Okay, I'll be straight with you. If you're not a follower of the sci-fi/fantasy television series Doctor Who, there's probably little reason for you to read this book (or this review, for that matter). It's not just about Doctor Who, of course. It's about British television in the early part of the first decade of this century, and, above all, it's about writing, but to get to that, you 'll be wading up to your waist in Doctor Who and if you're not a Whovian, you'll just get lost, trust me.
Russell T Davies is the guy who resurrected Doctor Who. Or ruined it, depending on whom you ask. I'm married to the Resident Fan Boy who seems to have been moving into the latter camp ever since we were exposed to the final four specials that rounded off Davies' tenure in the New Who universe that he created. (The Resident Fan Boy is a Classic Whovian, devoted to the series as it was between 1963 and 1988, although he'll watch anything Who-related.)
Now, I wasn't crazy about those specials either. However, I can credit Davies with making me a New Whovian in the first place. Like many current female fan-girls, I came to DW after watching Tenth Doctor David Tennant in the saucy biopic Casanova, penned by Davies. My reaction at the time: "Hey...isn't David Tennant the new Doctor? Wait a minute...Russell T Davies wrote this? Didn't he write Bob and Rose? He's writing the new Doctor Who too?!?"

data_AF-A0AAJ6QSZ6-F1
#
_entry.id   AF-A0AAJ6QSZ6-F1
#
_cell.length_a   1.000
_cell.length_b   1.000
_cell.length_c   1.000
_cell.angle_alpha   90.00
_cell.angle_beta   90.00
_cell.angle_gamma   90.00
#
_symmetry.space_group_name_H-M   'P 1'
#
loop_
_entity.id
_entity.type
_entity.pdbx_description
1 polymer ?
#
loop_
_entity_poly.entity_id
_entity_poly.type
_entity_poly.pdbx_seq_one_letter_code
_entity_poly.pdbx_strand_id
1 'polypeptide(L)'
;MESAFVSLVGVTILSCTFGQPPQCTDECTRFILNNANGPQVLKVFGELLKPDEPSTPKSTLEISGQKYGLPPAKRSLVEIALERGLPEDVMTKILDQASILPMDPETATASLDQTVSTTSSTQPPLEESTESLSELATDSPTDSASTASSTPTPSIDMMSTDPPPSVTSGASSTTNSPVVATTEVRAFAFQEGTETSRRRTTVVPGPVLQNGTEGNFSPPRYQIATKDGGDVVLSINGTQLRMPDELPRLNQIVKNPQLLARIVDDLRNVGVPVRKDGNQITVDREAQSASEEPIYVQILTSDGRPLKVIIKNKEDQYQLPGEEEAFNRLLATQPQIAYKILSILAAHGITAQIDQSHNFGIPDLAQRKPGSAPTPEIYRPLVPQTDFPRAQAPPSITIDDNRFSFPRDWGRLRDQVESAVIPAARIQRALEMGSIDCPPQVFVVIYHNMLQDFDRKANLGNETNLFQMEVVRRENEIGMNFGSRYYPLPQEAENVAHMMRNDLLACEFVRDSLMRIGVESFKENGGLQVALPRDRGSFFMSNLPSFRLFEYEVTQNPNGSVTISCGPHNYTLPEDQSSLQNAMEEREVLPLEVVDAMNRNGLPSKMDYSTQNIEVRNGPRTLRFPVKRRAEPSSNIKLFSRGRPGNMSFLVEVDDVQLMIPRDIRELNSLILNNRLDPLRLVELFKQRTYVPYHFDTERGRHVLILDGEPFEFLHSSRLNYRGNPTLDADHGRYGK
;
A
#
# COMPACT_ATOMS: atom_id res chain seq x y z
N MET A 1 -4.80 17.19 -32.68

So I started watching the new Doctor Who, then I started staying up late to catch reruns of Davies' first Who season, with Chritopher Eccleston as the Ninth Doctor and...
...I became a prime candidate to read A Writer's Tale: The Final Chapter which covers the period when Davies began writing his final full season of Doctor Who while beginning a long, detailed and deliberate series of e-mails with Doctor Who Magazine writer and journalist Ben Cook. This gives fans of the show a peephole into the shadowland of roads not taken in character development, plot, casting, and special effects (usually the first to go to save money).
What did I learn from this book? I learned that Russell T Davies wrote not only his own episodes, but as the show's head writer re-wrote most of the episodes by other writers. Some evidently didn't mind and their comments on the process are included; a couple probably did. (I don't think Davies re-wrote episodes by Stephen Moffat who eventually took over the series from him.) Again, I was stunned by the quantity of ideas generated by this man; many of which were not used.
Bottom line? While anyone who is not a fan of Doctor Who would not get this book at all, it is pretty well irresistible for anyone who does love this extraordinary television show, whether they're a Russell T Davies fan or not. All Whovians owe a debt to him.
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